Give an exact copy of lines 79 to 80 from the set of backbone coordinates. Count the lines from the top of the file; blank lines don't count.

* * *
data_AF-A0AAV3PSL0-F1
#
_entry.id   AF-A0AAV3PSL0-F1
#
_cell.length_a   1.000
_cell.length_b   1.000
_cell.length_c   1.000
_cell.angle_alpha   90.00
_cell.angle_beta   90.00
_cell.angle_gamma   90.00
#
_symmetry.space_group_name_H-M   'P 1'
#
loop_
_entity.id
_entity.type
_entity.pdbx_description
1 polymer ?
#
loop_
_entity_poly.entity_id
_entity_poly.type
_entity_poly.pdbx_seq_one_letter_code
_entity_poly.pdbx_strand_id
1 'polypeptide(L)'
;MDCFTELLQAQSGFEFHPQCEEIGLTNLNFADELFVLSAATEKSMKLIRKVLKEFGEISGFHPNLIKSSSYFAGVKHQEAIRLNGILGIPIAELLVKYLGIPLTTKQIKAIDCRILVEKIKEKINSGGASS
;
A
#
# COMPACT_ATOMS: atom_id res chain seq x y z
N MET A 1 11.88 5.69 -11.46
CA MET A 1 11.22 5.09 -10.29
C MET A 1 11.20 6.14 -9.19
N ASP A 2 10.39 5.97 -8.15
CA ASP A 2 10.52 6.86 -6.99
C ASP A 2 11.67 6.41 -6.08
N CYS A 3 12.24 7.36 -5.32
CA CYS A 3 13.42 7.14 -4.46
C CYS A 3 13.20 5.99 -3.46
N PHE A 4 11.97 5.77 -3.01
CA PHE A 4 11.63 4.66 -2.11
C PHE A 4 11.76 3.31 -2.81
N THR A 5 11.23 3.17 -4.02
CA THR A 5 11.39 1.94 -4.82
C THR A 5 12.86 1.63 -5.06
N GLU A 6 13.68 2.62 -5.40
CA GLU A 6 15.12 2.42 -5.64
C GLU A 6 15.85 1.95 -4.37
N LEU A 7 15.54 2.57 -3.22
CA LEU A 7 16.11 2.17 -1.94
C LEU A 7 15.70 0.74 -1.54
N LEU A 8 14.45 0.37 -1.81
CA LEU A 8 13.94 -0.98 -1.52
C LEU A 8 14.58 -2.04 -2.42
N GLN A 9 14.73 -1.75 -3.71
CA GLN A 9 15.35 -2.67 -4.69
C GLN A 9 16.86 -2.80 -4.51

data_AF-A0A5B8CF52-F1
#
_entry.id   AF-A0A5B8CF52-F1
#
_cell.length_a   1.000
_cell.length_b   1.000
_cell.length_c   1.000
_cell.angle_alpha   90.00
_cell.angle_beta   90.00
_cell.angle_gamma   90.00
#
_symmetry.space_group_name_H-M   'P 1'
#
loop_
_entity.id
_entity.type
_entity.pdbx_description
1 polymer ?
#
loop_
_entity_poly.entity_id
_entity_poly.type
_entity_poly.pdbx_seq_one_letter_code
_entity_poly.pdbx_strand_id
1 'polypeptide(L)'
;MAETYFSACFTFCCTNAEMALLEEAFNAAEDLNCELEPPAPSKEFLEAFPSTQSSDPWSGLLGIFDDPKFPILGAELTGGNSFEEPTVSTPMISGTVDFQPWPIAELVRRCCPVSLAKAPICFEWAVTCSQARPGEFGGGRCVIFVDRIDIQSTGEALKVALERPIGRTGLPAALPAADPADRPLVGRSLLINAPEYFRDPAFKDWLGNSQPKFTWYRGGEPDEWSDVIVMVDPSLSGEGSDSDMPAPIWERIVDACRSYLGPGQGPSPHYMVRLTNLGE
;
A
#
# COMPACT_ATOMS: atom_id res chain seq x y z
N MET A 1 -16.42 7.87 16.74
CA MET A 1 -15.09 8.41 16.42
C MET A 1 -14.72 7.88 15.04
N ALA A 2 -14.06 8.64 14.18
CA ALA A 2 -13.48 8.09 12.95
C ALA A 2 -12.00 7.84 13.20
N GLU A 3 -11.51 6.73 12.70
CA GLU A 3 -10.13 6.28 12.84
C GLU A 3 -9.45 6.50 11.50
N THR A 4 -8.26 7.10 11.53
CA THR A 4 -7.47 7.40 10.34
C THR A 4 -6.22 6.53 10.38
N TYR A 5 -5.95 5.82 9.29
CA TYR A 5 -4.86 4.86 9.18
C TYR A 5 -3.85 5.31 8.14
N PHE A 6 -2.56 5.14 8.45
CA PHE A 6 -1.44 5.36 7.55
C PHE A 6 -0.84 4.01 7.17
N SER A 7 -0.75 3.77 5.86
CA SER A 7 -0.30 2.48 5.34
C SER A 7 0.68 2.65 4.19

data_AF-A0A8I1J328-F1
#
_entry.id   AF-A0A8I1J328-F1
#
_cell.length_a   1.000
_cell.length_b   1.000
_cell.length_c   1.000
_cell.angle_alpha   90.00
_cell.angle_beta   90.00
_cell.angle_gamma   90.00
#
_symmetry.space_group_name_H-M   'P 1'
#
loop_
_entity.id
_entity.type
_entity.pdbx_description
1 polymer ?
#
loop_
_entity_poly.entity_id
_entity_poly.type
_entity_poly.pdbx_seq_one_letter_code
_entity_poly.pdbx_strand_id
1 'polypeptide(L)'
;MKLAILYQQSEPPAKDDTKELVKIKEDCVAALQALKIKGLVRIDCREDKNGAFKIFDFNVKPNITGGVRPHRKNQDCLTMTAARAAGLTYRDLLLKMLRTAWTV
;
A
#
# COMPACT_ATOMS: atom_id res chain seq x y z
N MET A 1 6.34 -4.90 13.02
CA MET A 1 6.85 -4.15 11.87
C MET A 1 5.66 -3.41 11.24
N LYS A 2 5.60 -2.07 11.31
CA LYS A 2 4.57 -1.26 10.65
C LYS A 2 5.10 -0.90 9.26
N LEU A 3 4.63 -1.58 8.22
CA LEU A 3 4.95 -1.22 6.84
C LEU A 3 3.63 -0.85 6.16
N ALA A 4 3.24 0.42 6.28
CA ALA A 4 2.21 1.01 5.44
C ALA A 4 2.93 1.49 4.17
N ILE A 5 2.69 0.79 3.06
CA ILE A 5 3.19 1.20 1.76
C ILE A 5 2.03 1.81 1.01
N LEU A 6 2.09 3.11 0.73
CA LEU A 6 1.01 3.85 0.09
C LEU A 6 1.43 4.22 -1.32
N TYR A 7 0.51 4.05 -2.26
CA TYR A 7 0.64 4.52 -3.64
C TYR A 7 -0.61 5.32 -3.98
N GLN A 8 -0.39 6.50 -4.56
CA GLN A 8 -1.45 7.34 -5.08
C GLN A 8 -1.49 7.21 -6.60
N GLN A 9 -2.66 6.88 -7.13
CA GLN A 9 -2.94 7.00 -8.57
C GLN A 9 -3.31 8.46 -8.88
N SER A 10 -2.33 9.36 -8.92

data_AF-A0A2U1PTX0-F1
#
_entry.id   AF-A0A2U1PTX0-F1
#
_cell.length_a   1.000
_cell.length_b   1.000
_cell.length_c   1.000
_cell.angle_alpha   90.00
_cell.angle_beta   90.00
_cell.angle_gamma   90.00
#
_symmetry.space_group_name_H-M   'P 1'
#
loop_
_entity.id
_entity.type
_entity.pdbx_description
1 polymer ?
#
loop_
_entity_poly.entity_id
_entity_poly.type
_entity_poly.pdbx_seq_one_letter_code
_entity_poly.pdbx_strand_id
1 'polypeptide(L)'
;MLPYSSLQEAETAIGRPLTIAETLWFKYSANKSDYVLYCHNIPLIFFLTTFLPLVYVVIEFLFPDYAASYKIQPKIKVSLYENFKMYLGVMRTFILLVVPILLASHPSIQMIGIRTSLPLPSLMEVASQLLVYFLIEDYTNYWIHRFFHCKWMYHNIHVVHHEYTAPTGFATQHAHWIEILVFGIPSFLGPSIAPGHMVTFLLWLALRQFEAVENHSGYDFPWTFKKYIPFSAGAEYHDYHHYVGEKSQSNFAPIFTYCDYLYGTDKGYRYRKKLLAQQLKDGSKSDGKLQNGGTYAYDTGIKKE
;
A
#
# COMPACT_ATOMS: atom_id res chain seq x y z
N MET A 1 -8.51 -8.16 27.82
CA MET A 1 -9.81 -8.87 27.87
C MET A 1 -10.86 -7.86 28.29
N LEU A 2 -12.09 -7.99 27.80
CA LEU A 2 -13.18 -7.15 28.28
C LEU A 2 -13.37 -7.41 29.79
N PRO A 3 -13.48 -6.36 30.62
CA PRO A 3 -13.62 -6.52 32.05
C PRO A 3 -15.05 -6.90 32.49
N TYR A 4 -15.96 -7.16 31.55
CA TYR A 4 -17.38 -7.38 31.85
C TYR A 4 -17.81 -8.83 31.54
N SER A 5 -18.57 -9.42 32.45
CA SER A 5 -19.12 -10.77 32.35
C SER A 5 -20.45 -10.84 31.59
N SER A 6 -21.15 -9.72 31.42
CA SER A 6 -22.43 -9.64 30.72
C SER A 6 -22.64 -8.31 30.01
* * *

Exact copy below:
_entity_poly.type
_entity_poly.pdbx_seq_one_letter_code